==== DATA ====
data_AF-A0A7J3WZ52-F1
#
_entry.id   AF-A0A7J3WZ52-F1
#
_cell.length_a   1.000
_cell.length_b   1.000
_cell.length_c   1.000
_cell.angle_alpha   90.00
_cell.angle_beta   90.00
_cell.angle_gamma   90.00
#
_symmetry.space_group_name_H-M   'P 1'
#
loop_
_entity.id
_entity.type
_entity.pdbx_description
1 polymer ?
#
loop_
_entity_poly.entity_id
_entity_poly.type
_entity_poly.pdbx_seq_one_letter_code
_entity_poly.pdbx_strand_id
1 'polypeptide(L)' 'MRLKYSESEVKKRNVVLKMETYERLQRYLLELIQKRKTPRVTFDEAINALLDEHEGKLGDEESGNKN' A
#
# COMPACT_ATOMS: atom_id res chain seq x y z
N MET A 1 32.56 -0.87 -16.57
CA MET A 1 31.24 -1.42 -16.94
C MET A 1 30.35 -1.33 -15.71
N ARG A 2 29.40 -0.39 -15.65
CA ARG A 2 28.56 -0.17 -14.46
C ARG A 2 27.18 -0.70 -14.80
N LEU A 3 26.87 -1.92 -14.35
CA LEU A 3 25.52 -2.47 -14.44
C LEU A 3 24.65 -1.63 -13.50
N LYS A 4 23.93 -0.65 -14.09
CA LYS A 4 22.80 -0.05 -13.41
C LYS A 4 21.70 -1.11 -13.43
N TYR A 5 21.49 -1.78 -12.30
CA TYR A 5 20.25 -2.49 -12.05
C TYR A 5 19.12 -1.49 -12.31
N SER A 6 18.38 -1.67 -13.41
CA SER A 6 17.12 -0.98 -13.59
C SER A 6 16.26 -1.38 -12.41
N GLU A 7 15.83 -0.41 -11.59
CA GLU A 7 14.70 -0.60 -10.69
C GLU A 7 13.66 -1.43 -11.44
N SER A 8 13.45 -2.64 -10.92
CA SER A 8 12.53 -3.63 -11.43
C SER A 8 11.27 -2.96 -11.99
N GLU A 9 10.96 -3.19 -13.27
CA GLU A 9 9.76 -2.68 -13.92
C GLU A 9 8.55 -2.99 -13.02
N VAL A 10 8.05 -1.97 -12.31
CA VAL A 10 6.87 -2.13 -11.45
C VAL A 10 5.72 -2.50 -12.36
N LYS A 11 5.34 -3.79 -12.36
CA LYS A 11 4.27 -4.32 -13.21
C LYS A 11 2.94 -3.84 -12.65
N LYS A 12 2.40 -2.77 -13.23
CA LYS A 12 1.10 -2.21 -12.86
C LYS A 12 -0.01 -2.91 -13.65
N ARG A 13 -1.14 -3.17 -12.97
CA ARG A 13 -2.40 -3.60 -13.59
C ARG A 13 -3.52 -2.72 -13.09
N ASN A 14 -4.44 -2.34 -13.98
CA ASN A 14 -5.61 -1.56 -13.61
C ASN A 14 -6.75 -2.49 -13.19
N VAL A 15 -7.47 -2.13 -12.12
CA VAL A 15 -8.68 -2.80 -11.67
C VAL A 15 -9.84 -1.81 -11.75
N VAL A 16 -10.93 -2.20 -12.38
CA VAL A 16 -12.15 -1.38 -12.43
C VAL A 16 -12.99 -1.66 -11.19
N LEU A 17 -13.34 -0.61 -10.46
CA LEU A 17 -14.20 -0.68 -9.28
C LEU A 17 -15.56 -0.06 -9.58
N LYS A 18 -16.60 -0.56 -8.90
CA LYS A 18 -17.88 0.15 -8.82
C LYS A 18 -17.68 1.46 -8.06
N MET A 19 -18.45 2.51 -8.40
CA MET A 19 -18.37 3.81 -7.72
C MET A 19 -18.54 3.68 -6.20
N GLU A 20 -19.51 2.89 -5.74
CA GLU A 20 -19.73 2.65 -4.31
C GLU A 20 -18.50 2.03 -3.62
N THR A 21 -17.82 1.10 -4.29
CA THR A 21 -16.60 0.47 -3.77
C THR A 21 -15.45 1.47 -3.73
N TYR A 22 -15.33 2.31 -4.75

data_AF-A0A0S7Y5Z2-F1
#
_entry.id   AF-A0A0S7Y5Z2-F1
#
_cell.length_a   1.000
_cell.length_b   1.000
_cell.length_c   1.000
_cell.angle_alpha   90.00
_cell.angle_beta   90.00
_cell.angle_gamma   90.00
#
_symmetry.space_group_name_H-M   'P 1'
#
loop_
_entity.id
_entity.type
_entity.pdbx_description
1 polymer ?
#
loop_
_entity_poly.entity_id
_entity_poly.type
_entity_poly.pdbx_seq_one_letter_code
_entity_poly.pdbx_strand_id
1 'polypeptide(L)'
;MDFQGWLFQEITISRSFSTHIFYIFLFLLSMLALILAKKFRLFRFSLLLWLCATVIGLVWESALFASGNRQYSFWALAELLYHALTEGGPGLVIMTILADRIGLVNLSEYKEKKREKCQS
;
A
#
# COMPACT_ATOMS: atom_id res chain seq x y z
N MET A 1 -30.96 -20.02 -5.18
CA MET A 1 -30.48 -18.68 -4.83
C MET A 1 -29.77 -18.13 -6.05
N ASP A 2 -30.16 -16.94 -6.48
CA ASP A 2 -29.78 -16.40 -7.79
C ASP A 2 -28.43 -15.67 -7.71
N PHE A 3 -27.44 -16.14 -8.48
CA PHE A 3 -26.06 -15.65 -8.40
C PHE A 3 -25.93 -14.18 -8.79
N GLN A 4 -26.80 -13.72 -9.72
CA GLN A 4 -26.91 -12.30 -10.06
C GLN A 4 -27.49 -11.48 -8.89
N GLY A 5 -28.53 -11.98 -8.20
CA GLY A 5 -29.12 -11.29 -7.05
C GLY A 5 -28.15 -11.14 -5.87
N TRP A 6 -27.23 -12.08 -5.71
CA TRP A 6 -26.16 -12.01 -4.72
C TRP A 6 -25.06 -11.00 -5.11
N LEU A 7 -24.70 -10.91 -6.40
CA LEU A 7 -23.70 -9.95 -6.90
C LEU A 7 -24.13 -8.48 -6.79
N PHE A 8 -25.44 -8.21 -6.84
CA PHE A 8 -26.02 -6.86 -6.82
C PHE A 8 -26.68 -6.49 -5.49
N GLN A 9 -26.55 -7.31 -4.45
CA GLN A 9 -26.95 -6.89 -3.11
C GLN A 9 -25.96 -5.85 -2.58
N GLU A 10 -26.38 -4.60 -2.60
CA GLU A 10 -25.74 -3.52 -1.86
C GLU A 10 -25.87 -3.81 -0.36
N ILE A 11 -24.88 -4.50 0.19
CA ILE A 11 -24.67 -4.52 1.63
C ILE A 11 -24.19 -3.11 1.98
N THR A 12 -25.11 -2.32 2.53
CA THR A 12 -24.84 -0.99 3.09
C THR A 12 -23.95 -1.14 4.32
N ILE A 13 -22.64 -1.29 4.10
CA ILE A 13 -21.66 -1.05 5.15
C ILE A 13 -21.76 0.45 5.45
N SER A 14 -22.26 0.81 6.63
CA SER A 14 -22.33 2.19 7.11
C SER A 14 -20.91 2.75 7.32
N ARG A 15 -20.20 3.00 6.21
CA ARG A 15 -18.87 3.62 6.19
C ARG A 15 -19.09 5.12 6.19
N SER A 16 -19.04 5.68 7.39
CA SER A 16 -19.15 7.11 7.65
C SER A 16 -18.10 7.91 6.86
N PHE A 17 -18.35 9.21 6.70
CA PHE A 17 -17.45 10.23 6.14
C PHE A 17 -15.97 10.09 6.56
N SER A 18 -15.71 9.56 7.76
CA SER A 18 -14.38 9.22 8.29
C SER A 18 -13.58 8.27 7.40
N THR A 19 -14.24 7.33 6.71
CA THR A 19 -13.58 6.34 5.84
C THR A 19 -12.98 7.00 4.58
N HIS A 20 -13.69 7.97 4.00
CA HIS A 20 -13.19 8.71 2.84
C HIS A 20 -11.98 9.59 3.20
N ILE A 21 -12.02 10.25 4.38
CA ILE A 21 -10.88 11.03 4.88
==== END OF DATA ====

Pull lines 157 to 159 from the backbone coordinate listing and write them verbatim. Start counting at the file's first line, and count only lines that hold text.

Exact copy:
C THR A 12 -23.95 -1.14 4.32
N ILE A 13 -22.64 -1.29 4.10
CA ILE A 13 -21.66 -1.05 5.15